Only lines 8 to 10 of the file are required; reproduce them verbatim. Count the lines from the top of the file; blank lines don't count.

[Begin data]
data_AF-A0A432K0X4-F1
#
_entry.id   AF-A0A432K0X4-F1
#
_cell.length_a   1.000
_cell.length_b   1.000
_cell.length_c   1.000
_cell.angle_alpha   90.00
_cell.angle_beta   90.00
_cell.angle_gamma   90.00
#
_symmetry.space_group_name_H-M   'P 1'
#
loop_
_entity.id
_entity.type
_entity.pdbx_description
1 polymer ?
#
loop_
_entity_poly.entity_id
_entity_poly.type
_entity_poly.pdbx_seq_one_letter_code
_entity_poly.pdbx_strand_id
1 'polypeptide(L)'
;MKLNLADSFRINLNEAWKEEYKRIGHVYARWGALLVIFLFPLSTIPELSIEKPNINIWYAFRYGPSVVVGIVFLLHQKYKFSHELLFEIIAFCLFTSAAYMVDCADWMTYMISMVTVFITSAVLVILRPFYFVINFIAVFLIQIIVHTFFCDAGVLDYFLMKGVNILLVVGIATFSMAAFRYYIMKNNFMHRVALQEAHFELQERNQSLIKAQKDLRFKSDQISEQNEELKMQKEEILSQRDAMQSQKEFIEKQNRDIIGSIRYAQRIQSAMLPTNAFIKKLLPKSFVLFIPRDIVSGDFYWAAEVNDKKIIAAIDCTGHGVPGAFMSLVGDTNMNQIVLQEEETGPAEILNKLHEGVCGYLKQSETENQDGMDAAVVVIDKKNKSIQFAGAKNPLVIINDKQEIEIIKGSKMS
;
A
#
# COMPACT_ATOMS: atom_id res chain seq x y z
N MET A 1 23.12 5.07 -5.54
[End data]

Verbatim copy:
_cell.angle_alpha   90.00
_cell.angle_beta   90.00
_cell.angle_gamma   90.00